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What's the Matter With Our Indians

What's the Matter With Our Indians

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Published by Bill Allin
Many countries of the world believe they have a problem with their aboriginal peoples. This article explains the cultural divide and why the problem persists.
Find author Bill Allin at http://billallin.com
Many countries of the world believe they have a problem with their aboriginal peoples. This article explains the cultural divide and why the problem persists.
Find author Bill Allin at http://billallin.com

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Categories:Types, Research, History
Published by: Bill Allin on Sep 08, 2011
Copyright:Attribution Non-commercial

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11/26/2012

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What's The Matter With Our Indians?
“Never criticize someone else unless you walk a mile in his moccasins.”-Lakota Sioux proverb To begin, let's examine the title.Five hundred years after Christopher Columbus (Christophe Colomb, an Italiancartographer of some considerable renown) defrauded his Spanish sponsors into believingthat he had discovered India--naming the inhabitants he found "Indians"--many peoplestill call the aboriginal peoples of North America Indians. By the way, Columbus didn't"discover" the Americas. Being a map maker, he had spoken on many occasions with Norse map makers who had been to North America many times with Norse fishermenwho had been visiting the continent for hundreds of years. Thus began the great NorthAmerican fraud, but more on that later.The aboriginal people of North America sometimes call themselves Indians, but theyaren't serious about it. African Americans sometimes call themselves "niggahs" too, butas a people they don't care for the moniker any more than the aboriginals like whites tocall them Indians. "Indians" is a bad name given them by ignorant Europeans whose primary purpose in coming to North America was to steal and to conquer. They called itdiscovering, exploring, trading, but let's use plain language here. They planned to take asmuch as possible and give as little as they could get away with. It was the European wayof the time."Our" is wrong as well. What are called Native Americans in the USA and First Nationsin Canada were never conquered, never defeated as a people. Of the hundreds of distincttribal groups--at least the ones that were not slaughtered to extinction (Beothuk, theoriginal "redskins" that lived in Newfoundland) or decimated as they tried to defendthemselves in "Indian wars"--none were truly defeated. They didn't have any concept of "owning" land, so they were prepared to share it with the newcomers. Since thenewcomers themselves were not decimated by such delightful diseases as smallpox thatthe Europeans delivered, the white skins soon outnumbered the natives. As always, size(of population) matters.So far as aboriginal peoples of North America are concerned, even today, they areAmericans or Canadians only according to citizenship documents they may have neededfor travel purposes. They consider themselves citizens of their own nations, as promisedthem in treaties written for them by English speaking lawyers, in English legalese,explained to them in simple but deceptive language they could understand. The Englishspeakers had no leave to negotiate, so it was a "take it or leave it" situation. This matters because in most of these cultures no one forces another to say "No" to anything and it isconsidered very rude to be forced into saying "No" yourself by another person. Theaboriginals agreed to treaties partly because their culture taught them to be agreeable, tonot say "No" to someone who is offering something.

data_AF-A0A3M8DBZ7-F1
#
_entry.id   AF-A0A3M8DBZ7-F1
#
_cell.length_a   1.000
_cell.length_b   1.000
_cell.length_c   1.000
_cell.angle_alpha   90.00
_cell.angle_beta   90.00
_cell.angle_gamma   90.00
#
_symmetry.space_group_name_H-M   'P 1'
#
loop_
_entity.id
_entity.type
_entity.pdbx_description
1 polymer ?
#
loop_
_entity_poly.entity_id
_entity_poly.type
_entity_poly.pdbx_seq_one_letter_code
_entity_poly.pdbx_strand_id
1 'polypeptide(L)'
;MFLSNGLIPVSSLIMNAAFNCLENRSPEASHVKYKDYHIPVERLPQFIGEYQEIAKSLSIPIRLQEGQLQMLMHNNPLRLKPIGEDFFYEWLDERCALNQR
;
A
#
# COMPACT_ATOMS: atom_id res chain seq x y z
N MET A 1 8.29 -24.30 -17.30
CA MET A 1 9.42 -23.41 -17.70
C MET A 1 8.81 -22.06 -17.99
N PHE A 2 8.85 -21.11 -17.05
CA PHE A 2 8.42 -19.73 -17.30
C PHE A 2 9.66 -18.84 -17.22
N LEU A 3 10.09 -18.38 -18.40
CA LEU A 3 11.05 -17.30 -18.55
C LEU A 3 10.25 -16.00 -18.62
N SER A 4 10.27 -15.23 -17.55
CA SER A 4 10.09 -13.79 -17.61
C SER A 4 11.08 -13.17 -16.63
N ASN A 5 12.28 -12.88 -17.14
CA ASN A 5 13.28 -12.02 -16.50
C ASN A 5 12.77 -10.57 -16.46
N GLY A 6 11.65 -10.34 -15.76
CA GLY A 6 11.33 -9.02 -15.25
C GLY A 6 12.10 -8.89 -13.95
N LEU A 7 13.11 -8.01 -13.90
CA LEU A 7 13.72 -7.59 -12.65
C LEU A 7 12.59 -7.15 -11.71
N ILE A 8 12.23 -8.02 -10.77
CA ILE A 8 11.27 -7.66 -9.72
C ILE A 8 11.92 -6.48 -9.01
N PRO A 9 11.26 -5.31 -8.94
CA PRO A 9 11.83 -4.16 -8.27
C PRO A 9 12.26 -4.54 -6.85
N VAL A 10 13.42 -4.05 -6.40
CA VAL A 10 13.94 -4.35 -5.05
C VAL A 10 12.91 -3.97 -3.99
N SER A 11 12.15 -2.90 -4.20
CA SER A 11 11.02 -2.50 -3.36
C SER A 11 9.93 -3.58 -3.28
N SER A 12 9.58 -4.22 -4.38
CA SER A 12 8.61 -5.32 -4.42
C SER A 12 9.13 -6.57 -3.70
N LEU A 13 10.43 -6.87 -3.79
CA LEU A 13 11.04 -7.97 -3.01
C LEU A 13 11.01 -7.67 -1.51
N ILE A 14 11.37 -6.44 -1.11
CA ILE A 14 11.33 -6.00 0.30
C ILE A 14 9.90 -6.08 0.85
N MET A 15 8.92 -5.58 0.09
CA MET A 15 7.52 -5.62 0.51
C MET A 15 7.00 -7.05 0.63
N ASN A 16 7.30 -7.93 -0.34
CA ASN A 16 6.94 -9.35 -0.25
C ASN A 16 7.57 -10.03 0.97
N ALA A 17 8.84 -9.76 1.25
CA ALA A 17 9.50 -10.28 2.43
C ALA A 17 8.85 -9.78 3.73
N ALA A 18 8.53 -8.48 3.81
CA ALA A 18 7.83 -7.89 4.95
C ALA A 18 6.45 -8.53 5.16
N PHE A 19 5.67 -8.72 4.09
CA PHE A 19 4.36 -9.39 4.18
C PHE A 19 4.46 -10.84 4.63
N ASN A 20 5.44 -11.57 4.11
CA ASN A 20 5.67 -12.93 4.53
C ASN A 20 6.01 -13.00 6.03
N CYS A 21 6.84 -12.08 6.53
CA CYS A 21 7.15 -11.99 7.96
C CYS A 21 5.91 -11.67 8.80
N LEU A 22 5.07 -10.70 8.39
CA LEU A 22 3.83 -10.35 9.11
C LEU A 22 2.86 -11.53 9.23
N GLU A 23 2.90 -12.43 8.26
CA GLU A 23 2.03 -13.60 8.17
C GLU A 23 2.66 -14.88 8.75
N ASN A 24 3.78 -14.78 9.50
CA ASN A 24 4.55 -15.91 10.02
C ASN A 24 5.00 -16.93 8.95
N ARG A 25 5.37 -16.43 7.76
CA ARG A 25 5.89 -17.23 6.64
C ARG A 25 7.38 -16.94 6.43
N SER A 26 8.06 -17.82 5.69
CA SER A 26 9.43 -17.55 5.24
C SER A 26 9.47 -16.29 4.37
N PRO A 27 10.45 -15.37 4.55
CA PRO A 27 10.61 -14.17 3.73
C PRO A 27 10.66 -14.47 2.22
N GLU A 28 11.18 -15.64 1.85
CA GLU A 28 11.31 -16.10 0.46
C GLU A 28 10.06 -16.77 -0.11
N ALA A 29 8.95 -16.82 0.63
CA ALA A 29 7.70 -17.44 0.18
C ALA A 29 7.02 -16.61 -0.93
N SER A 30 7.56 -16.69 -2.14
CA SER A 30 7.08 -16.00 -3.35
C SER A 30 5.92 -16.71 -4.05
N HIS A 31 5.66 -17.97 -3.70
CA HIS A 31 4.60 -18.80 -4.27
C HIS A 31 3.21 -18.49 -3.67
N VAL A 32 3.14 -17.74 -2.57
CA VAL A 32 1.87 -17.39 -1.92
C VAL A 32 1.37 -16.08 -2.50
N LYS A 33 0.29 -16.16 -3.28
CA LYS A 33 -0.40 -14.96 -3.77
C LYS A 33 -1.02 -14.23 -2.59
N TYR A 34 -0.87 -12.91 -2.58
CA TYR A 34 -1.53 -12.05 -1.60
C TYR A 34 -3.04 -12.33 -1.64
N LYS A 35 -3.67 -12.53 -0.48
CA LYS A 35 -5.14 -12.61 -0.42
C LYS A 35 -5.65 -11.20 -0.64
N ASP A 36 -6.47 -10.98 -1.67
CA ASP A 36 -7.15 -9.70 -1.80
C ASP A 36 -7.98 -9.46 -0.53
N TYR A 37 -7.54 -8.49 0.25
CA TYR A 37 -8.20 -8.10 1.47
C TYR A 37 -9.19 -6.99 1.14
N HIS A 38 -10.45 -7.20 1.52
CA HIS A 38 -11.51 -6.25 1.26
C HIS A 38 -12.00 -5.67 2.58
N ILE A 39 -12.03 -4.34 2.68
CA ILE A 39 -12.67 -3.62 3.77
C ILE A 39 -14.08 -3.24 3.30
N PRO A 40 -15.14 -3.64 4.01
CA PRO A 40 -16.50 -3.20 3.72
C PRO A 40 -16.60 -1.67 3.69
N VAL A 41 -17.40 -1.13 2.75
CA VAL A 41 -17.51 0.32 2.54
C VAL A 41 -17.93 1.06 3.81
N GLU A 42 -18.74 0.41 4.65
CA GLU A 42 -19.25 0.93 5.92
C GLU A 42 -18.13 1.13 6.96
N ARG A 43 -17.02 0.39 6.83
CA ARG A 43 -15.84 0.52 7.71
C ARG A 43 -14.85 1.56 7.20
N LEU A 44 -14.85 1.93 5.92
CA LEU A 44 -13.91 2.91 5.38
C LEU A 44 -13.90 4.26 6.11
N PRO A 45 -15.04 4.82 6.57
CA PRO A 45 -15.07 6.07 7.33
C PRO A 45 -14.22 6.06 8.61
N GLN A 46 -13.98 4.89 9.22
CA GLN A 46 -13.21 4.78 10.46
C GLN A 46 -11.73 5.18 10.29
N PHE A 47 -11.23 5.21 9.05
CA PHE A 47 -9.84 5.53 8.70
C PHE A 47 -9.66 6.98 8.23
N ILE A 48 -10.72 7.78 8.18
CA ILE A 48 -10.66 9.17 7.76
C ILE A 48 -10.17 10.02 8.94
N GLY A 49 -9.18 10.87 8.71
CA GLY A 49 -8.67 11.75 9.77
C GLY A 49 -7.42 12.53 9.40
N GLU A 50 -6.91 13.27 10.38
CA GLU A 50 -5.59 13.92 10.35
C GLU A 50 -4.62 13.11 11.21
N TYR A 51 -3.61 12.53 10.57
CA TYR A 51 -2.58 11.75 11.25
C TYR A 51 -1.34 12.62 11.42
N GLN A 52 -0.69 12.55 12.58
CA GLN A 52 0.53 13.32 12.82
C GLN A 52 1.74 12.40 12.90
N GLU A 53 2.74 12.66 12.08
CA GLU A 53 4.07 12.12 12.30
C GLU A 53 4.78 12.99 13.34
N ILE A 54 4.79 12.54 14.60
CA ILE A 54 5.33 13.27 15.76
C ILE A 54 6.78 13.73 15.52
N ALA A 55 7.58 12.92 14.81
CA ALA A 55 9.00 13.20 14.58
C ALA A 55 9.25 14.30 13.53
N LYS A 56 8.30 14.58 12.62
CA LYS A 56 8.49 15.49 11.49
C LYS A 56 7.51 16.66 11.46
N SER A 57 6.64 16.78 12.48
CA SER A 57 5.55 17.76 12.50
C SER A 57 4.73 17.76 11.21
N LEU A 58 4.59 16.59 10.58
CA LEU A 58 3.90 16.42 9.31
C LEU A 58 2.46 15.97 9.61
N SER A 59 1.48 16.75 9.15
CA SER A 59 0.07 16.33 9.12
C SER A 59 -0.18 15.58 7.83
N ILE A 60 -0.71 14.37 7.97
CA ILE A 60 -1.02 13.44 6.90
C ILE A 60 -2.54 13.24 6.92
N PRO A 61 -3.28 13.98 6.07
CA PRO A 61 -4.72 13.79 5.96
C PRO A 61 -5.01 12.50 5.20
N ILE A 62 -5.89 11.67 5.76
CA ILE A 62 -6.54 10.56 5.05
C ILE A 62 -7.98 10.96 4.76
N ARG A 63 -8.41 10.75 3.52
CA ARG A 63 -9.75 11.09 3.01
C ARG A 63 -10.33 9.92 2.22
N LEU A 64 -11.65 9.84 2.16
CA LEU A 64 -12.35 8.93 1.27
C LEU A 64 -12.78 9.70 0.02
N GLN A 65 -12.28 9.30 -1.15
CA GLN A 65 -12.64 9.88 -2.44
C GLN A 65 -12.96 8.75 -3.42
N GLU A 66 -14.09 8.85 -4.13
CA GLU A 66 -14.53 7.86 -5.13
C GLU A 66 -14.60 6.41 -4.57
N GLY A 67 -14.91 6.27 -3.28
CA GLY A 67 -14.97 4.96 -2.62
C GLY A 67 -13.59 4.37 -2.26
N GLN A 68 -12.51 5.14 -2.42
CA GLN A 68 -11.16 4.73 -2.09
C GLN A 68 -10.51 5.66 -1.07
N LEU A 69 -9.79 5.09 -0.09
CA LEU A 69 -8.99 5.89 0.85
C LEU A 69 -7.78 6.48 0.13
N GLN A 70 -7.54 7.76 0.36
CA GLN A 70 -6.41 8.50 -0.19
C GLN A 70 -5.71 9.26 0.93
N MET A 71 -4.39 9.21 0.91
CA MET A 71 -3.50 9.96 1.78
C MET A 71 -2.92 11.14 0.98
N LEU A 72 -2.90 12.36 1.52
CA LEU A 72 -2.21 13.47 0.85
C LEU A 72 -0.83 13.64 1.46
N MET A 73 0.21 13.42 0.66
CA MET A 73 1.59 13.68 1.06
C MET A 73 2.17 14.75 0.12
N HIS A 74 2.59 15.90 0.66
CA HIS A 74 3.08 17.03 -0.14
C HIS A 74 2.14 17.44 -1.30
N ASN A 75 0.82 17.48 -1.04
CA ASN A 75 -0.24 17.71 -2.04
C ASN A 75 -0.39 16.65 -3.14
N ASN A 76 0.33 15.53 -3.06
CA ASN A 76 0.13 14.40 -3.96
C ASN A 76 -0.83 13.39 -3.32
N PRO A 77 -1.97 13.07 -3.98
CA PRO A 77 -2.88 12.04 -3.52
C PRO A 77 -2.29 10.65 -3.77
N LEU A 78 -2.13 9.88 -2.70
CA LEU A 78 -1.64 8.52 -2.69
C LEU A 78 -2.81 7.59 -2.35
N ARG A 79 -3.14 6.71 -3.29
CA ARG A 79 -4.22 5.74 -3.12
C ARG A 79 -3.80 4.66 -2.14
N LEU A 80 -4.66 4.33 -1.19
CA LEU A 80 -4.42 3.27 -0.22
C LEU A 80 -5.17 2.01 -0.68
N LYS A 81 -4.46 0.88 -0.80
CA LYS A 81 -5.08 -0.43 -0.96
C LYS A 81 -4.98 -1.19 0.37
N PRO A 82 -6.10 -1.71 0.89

They were tricked into giving up "ownership" of their land (a concept they never had intheir culture) by Europeans who promised them homes on land they would control("reserved" land, thus called reserves or reservations) and rights to fishing and hunting ontheir traditions lands, free education and a stipend for each person from the Crown eachyear.The aboriginals had no concept of "king." They knew of a Creator that was active in their lives but never seen, so they assumed that the unseen King would also look after them asthe Creator did. And, of course, keep promises made in writing.What were the living conditions? A little perspective is in order here. After the SecondWorld War, representatives of the (white) government of South Africa came to Canada tosee how the Canadian government dealt with its "Indian problem." Then they went homeand, following the Canadian pattern, enacted Apartheid. Apartheid was banned in SouthAfrican years ago when the black skinned people vastly outnumbered the white skins andthe world turned against a prejudiced government in South Africa. However, in Canada,the Indian Act still exists, though the government has made promises for many years toremove it. The United Nations has condemned Canada publicly for its apartheidregulations, to no avail. Apartheid still exists, not in South Africa, but in Canada. On "therez."Are "Indians" forced to stay on reservations these days? No, in Canada about half live off their home reservations. But any government benefits come only to those who live on thereserves. If you live off the reserve, even briefly--especially if you are a woman--thenmove back to the reserve, good luck trying to get your rights to benefits back from thegovernment. Now about the "What's The Matter" part of the title. What's the matter is that NorthAmerican aboriginal people did not die out, as expected, which is why they were givensuch a "sweet deal" in the apartheid style treaties. What's the matter is that the culture of the North American aboriginal people is very, very, very different from the culture thatwas brought to North America from Europe. If this article were expanded to book length,it would still not be long enough to explain the many differences between the cultures of the Europeans (now white North Americans) and the aboriginals.What's the matter is that the white governments of North America never kept the promises they made to the aboriginal peoples in legally drafted and signed treaties theydrew up themselves. No aboriginal group was ever offered the chance to draft a possibletreaty because they were considered by the Europeans to be inferior people, not quitehuman in the European sense. Not only were the conditions of the treaties in the stylenow known as apartheid, the governments didn't even keep the few promises they madein those treaties. Promises they made up themselves.We are used to politicians making promises before elections, then forgetting them oncethe elections are over. But if we have a legal agreement with the government, we expectthe government to keep its end of the bargain. The government certainly expects us to